WHEREFORE, the appeal of accused-appellant Reynaldo Juare y Elisan is DISMISSED. The Decision dated July 4, 2017 of the Court of Appeals in CA-G.R. CR-HC No. 08369 with respect to accused-appellant Reynaldo Juare y Elisan is AFFIRMED with MODIFICATION in that he is ordered to pay the heirs of the victim P75,000.00 civil indemnity; P75,000.00 moral damages; P75,000.00 as exemplary damages; and P50,000.00 as temperate damages in lieu of actual damages. These amounts shall earn an interest of 6% per annum from finality of this Decision until fully paid.
With respect to accused-appellant Danilo Aguadilla y Bacalocos, the appealed Decision is SET ASIDE and this criminal case is DISMISSED, by reason of his death during the pendency of his appeal.
Let entry of judgment be issued.
Perlas-Bernabe, Senior Associate Justice, (Chairperson), Hernando, and Delos Santos, JJ., concur.
Gaerlan,* J., on leave.
* Designated as additional member as per Special Order No. 2780 dated May 11, 2020; on leave.
 See Notice of Appeal dated August 8, 2017, rollo, pp. 18-19.
 Id. at 2-17; penned by Associate Justice Ramon A. Cruz with Associate Justices Marlene Gonzales-Sison and Jhosep Y. Lopez, concurring.
 CA rollo, pp. 50-65; penned by Presiding Judge Zaldy B. Docena.
 Records, pp. 1-2.
 Id. at 1.
 Id. at 26.
 TSN, February 11, 2002, pp. 3-10.
 Id. at 3-5.
 TSN, March 7, 2002, p. 8.
 Id. at 10-13.
 Id. at 13.
 Id. at 14.
 Id. at 14-15.
 Id. at 18.
 Id. at 18-19.
 TSN, April 3, 2003, p. 3.
 Id. at 4.
 Id. at 5.
 TSN, August 6, 2002, p. 4.
 TSN, July 2, 2002, p. 6.
 Id. at 8.
 Id. at 8-9.
 TSN, May 6, 2004, pp. 4-11; TSN, August 6, 2002, p. 7.
 See Sinumpaang Salaysay of Teresita C. Abella dated May 4, 2000, record, p. 4.
 See Medico-Legal Report No. S-092-02, id. at 261.
 TSN, January 9, 2001, pp. 5-6.
 TSN, February 19, 2002, pp. 5-8, 11.
 Id. at 13.
 Id. at 13-14, 23.
 Id. at 8-10.
 Id. at 10.
 Id. at 10, 17.
 TSN, April 29, 2013, pp. 7-9.
 Id. at 3.
 Id. at 4.
 Id. at 5.
 Id. at 7.
 TSN, September 26, 2013, pp. 3-4, 8, 11.
 TSN, March 18, 2014, p. 3.
 Id. at 5.
 TSN, September 26, 2013, p. 5.
 Id. at 5-10.
 CA rollo, p. 65.
 Id. at 59.
 Id. at 8.
 Id. at 13.
 Rollo, p. 16.
 Id. at 25-27; 30-32.
 People v. Sanota, G.R. No. 233659, December 10, 2019. Citations omitted.
 Id., citing People v. Villacorta, 672 Phil. 712, 719-720 (2011).
 CA rollo, pp. 59-64.
 Rollo, pp. 14-15.
 People v. Sanota, supra note 65, citing Planters, Jr. v. People, G.R. No. 238889, October 3, 2018.
 Id., citing People v. Macaspac, 806 Phil. 285, 290 (2017).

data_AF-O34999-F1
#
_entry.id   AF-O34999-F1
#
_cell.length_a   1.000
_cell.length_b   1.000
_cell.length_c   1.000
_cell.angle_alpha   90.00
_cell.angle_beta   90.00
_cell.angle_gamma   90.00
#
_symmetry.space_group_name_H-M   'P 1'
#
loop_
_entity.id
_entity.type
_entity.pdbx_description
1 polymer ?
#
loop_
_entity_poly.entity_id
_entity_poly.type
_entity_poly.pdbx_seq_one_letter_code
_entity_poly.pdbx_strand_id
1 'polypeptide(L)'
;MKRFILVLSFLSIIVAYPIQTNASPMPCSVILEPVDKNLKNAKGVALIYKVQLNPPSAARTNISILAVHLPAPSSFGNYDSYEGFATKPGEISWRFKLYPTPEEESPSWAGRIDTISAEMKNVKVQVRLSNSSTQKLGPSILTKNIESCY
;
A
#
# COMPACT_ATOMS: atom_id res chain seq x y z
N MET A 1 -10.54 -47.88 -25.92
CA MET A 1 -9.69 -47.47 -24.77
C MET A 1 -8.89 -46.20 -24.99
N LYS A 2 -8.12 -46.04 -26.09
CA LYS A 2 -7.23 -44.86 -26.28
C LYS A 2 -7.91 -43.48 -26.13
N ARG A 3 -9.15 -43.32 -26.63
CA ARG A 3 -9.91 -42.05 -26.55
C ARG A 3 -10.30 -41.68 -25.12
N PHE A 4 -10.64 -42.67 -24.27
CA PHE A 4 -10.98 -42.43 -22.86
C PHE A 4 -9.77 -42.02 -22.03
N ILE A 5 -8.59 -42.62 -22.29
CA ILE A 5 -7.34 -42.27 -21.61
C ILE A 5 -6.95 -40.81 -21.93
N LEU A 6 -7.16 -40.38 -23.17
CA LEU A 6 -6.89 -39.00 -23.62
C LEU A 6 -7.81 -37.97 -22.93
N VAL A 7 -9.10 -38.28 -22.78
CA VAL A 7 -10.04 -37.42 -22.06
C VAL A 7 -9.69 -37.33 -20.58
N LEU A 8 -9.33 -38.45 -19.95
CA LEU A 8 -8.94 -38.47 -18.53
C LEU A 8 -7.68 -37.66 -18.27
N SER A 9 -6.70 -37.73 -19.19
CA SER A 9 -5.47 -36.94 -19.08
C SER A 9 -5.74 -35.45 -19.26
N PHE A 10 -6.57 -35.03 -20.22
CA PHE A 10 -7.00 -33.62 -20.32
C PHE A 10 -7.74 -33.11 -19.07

People v. Pentecostes, 820 Phil, 823, 840 (2017), citing People v. Tropa, 421 Phil. 783, 789 (2002).
 Id., citing People v. Casitas, Jr., 445 Phil. 407, 420 (2003).
 People v. Casitas, Jr., 445 Phil. 407, 417 (2003).
 Id., citing People v. Acuram, 387 Phil. 142, 151 (2000).
 Planteras, Jr. v. People, G.R. No. 238889, October 3, 2018, citing Cirera v. People, 739 Phil. 25, 41 (2014) and People v. Villaflores, 685 Phil. 595, 615-617 (2012).
 Id. Citations omitted.
 People v. Asis, 439 Phil. 707, 717 (2002), citing People v. Felixminia, 429 Phil. 309, 325 (2002) and People v. Gallo, 419 Phil. 937, 946 (2001).
 People v. Cachuela, 710 Phil. 728, 742 (2013).
 People v. Asis, supra note 78 at 718, citing People v. Labuguen, 392 Phil. 268, 278-279 (2000).
 Id., citing People v. Cabrera, 311 Phil. 33, 38 (1995).
 Section 4, Rule 133 of the Rules of Court.
 CA rollo, pp. 60-62.
 693 Phil. 629 (2012).
 Id. at 638-639.
 See People v. Salas, 384 Phil. 54 (2000).
 People v. Mancao, G.R. No. 228951, July 17, 2019.
 TSN, February 9, 2002 pp. 7-8, 10-11, 20-22.
 People v. Madrelejos, 828 Phil. 732, 738 (2018), citing People v. Ebet, 649 Phil. 181, 189 (2010).
 People v. Casitas, Jr., supra note 73.
 TSN, January 27, 2005, pp. 5-6.
 TSN, May 6, 2004, pp. 10-11. TSN, May 6, 2003, pp. 4-5.
 RTC Decision, pp. 14-15.
 People v. Mancao, supra note 87, citing People v. Ambatang, 808 Phil. 236, 243 (2011).
 People v. Vibal, Jr., G.R. No. 229678, June 20, 2018, 867 SCRA 370, 391, citing People v. Lucero, 659 Phil. 518, 540 (2011).
 People v. Solar, G.R. No. 225595, August 6, 2019.
 People v. Jugueta, 783 Phil. 806 (2016).
 In a letter dated December 10, 2019, Jaime P. Batuyog Jr., Jail Inspector, Acting Superintendent, NBP, Muntinlupa City informed this Ccurt that accused-appellant Danilo Aguadilla y Bacalocos died on March 10, 2015 at NBP Hospital per attached certified true copy of the Certificate of Death of Aguadilla.